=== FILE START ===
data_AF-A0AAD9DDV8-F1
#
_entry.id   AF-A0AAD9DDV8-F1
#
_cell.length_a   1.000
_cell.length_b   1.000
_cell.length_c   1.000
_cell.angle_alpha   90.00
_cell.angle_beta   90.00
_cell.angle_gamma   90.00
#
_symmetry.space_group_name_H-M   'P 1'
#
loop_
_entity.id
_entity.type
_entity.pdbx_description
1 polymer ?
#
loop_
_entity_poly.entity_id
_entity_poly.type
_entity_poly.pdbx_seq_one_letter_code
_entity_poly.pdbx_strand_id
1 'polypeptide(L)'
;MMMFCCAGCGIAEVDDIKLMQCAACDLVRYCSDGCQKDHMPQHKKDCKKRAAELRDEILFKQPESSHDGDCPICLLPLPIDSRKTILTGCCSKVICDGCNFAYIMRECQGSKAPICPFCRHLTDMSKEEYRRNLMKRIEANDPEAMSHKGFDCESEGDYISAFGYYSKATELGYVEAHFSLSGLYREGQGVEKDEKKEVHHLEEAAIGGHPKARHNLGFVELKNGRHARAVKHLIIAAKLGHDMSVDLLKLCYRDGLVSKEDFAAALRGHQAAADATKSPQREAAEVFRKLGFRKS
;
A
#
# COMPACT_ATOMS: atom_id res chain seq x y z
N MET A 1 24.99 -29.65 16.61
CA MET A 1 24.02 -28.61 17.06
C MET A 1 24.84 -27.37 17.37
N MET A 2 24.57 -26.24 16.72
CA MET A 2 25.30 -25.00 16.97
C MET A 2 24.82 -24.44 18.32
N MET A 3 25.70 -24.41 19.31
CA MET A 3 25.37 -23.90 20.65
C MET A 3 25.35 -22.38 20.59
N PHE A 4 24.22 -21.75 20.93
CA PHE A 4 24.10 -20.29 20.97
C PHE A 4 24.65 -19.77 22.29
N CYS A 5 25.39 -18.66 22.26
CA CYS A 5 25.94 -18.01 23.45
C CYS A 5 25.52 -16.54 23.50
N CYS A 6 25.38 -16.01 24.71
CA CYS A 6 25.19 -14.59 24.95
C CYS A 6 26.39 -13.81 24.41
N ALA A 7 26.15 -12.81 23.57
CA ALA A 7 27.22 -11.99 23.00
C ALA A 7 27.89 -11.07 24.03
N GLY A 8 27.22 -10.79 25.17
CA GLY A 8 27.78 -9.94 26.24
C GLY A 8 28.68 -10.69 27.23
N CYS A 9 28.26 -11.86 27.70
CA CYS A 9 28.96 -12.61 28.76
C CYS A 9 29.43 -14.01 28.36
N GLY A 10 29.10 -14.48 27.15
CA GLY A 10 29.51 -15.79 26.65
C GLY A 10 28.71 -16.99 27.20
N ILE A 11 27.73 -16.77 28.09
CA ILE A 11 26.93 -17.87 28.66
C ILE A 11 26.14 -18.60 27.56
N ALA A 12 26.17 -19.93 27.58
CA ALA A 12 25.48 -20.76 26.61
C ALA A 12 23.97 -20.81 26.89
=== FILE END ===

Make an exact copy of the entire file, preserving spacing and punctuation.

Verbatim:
data_AF-A0AAD9DDV8-F1
#
_entry.id   AF-A0AAD9DDV8-F1
#
_cell.length_a   1.000
_cell.length_b   1.000
_cell.length_c   1.000
_cell.angle_alpha   90.00
_cell.angle_beta   90.00
_cell.angle_gamma   90.00
#
_symmetry.space_group_name_H-M   'P 1'
#
loop_
_entity.id
_entity.type
_entity.pdbx_description
1 polymer ?
#
loop_
_entity_poly.entity_id
_entity_poly.type
_entity_poly.pdbx_seq_one_letter_code
_entity_poly.pdbx_strand_id
1 'polypeptide(L)'
;MMMFCCAGCGIAEVDDIKLMQCAACDLVRYCSDGCQKDHMPQHKKDCKKRAAELRDEILFKQPESSHDGDCPICLLPLPIDSRKTILTGCCSKVICDGCNFAYIMRECQGSKAPICPFCRHLTDMSKEEYRRNLMKRIEANDPEAMSHKGFDCESEGDYISAFGYYSKATELGYVEAHFSLSGLYREGQGVEKDEKKEVHHLEEAAIGGHPKARHNLGFVELKNGRHARAVKHLIIAAKLGHDMSVDLLKLCYRDGLVSKEDFAAALRGHQAAADATKSPQREAAEVFRKLGFRKS
;
A
#
# COMPACT_ATOMS: atom_id res chain seq x y z
N MET A 1 24.99 -29.65 16.61
CA MET A 1 24.02 -28.61 17.06
C MET A 1 24.84 -27.37 17.37
N MET A 2 24.57 -26.24 16.72
CA MET A 2 25.30 -25.00 16.97
C MET A 2 24.82 -24.44 18.32
N MET A 3 25.70 -24.41 19.31
CA MET A 3 25.37 -23.90 20.65
C MET A 3 25.35 -22.38 20.59
N PHE A 4 24.22 -21.75 20.93
CA PHE A 4 24.10 -20.29 20.97
C PHE A 4 24.65 -19.77 22.29
N CYS A 5 25.39 -18.66 22.26
CA CYS A 5 25.94 -18.01 23.45
C CYS A 5 25.52 -16.54 23.50
N CYS A 6 25.38 -16.01 24.71
CA CYS A 6 25.19 -14.59 24.95
C CYS A 6 26.39 -13.81 24.41
N ALA A 7 26.15 -12.81 23.57
CA ALA A 7 27.22 -11.99 23.00
C ALA A 7 27.89 -11.07 24.03
N GLY A 8 27.22 -10.79 25.17
CA GLY A 8 27.78 -9.94 26.24
C GLY A 8 28.68 -10.69 27.23
N CYS A 9 28.26 -11.86 27.70
CA CYS A 9 28.96 -12.61 28.76
C CYS A 9 29.43 -14.01 28.36
N GLY A 10 29.10 -14.48 27.15
CA GLY A 10 29.51 -15.79 26.65
C GLY A 10 28.71 -16.99 27.20
N ILE A 11 27.73 -16.77 28.09
CA ILE A 11 26.93 -17.87 28.66
C ILE A 11 26.14 -18.60 27.56
N ALA A 12 26.17 -19.93 27.58
CA ALA A 12 25.48 -20.76 26.61
C ALA A 12 23.97 -20.81 26.89